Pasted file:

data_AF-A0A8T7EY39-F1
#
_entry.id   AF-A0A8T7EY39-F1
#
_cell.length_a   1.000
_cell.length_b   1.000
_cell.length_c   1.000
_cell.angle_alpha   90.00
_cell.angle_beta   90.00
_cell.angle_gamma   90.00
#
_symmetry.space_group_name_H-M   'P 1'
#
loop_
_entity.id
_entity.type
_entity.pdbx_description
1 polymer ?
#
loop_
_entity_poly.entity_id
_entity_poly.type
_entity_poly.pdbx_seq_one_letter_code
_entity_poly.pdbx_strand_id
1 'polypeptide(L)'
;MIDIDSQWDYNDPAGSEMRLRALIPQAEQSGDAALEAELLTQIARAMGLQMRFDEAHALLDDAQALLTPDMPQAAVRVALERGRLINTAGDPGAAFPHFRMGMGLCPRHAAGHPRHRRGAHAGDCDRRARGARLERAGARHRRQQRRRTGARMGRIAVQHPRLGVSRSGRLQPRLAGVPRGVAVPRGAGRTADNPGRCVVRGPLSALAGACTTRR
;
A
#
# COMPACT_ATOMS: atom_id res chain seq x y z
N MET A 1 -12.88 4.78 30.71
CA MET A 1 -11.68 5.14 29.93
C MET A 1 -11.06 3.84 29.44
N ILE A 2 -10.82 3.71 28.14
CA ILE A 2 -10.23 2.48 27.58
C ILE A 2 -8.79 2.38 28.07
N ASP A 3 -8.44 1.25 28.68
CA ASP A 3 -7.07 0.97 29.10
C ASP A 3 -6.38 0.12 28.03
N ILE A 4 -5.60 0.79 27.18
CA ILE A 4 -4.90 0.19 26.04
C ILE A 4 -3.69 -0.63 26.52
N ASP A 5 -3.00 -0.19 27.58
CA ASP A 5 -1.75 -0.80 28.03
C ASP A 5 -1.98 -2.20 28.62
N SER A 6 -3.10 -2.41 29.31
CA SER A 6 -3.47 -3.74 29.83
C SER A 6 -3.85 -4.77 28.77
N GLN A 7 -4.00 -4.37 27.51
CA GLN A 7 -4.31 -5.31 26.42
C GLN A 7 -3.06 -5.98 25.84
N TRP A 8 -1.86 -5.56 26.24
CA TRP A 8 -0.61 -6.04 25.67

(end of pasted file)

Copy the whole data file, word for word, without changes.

data_AF-A0A8T7EY39-F1
#
_entry.id   AF-A0A8T7EY39-F1
#
_cell.length_a   1.000
_cell.length_b   1.000
_cell.length_c   1.000
_cell.angle_alpha   90.00
_cell.angle_beta   90.00
_cell.angle_gamma   90.00
#
_symmetry.space_group_name_H-M   'P 1'
#
loop_
_entity.id
_entity.type
_entity.pdbx_description
1 polymer ?
#
loop_
_entity_poly.entity_id
_entity_poly.type
_entity_poly.pdbx_seq_one_letter_code
_entity_poly.pdbx_strand_id
1 'polypeptide(L)'
;MIDIDSQWDYNDPAGSEMRLRALIPQAEQSGDAALEAELLTQIARAMGLQMRFDEAHALLDDAQALLTPDMPQAAVRVALERGRLINTAGDPGAAFPHFRMGMGLCPRHAAGHPRHRRGAHAGDCDRRARGARLERAGARHRRQQRRRTGARMGRIAVQHPRLGVSRSGRLQPRLAGVPRGVAVPRGAGRTADNPGRCVVRGPLSALAGACTTRR
;
A
#
# COMPACT_ATOMS: atom_id res chain seq x y z
N MET A 1 -12.88 4.78 30.71
CA MET A 1 -11.68 5.14 29.93
C MET A 1 -11.06 3.84 29.44
N ILE A 2 -10.82 3.71 28.14
CA ILE A 2 -10.23 2.48 27.58
C ILE A 2 -8.79 2.38 28.07
N ASP A 3 -8.44 1.25 28.68
CA ASP A 3 -7.07 0.97 29.10
C ASP A 3 -6.38 0.12 28.03
N ILE A 4 -5.60 0.79 27.18
CA ILE A 4 -4.90 0.19 26.04
C ILE A 4 -3.69 -0.63 26.52
N ASP A 5 -3.00 -0.19 27.58
CA ASP A 5 -1.75 -0.80 28.03
C ASP A 5 -1.98 -2.20 28.62
N SER A 6 -3.10 -2.41 29.31
CA SER A 6 -3.47 -3.74 29.83
C SER A 6 -3.85 -4.77 28.77
N GLN A 7 -4.00 -4.37 27.51
CA GLN A 7 -4.31 -5.31 26.42
C GLN A 7 -3.06 -5.98 25.84
N TRP A 8 -1.86 -5.56 26.24
CA TRP A 8 -0.61 -6.04 25.67